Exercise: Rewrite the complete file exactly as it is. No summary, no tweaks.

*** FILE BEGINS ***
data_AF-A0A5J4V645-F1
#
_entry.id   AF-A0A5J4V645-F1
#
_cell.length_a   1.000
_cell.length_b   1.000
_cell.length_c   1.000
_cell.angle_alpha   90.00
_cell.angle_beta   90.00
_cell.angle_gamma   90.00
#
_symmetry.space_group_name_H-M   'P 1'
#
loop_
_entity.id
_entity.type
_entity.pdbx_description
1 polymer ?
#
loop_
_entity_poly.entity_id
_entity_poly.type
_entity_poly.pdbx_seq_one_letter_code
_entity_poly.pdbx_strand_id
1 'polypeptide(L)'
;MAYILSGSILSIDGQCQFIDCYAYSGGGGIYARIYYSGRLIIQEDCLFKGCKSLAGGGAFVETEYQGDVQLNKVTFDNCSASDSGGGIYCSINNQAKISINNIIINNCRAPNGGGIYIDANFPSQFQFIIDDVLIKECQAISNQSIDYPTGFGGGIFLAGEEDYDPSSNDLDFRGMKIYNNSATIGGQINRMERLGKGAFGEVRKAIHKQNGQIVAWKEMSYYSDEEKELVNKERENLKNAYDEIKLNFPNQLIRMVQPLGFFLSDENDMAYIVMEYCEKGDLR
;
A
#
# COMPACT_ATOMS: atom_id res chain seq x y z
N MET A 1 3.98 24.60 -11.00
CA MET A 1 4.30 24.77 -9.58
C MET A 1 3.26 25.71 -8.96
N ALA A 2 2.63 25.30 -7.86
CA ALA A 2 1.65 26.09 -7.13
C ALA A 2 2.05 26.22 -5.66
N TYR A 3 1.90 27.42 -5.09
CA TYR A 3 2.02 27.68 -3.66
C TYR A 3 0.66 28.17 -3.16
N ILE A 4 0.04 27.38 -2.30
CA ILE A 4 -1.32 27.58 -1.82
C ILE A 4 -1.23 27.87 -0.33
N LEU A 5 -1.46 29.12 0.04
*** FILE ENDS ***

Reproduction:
data_AF-A0A5J4V645-F1
#
_entry.id   AF-A0A5J4V645-F1
#
_cell.length_a   1.000
_cell.length_b   1.000
_cell.length_c   1.000
_cell.angle_alpha   90.00
_cell.angle_beta   90.00
_cell.angle_gamma   90.00
#
_symmetry.space_group_name_H-M   'P 1'
#
loop_
_entity.id
_entity.type
_entity.pdbx_description
1 polymer ?
#
loop_
_entity_poly.entity_id
_entity_poly.type
_entity_poly.pdbx_seq_one_letter_code
_entity_poly.pdbx_strand_id
1 'polypeptide(L)'
;MAYILSGSILSIDGQCQFIDCYAYSGGGGIYARIYYSGRLIIQEDCLFKGCKSLAGGGAFVETEYQGDVQLNKVTFDNCSASDSGGGIYCSINNQAKISINNIIINNCRAPNGGGIYIDANFPSQFQFIIDDVLIKECQAISNQSIDYPTGFGGGIFLAGEEDYDPSSNDLDFRGMKIYNNSATIGGQINRMERLGKGAFGEVRKAIHKQNGQIVAWKEMSYYSDEEKELVNKERENLKNAYDEIKLNFPNQLIRMVQPLGFFLSDENDMAYIVMEYCEKGDLR
;
A
#
# COMPACT_ATOMS: atom_id res chain seq x y z
N MET A 1 3.98 24.60 -11.00
CA MET A 1 4.30 24.77 -9.58
C MET A 1 3.26 25.71 -8.96
N ALA A 2 2.63 25.30 -7.86
CA ALA A 2 1.65 26.09 -7.13
C ALA A 2 2.05 26.22 -5.66
N TYR A 3 1.90 27.42 -5.09
CA TYR A 3 2.02 27.68 -3.66
C TYR A 3 0.66 28.17 -3.16
N ILE A 4 0.04 27.38 -2.30
CA ILE A 4 -1.32 27.58 -1.82
C ILE A 4 -1.23 27.87 -0.33
N LEU A 5 -1.46 29.12 0.04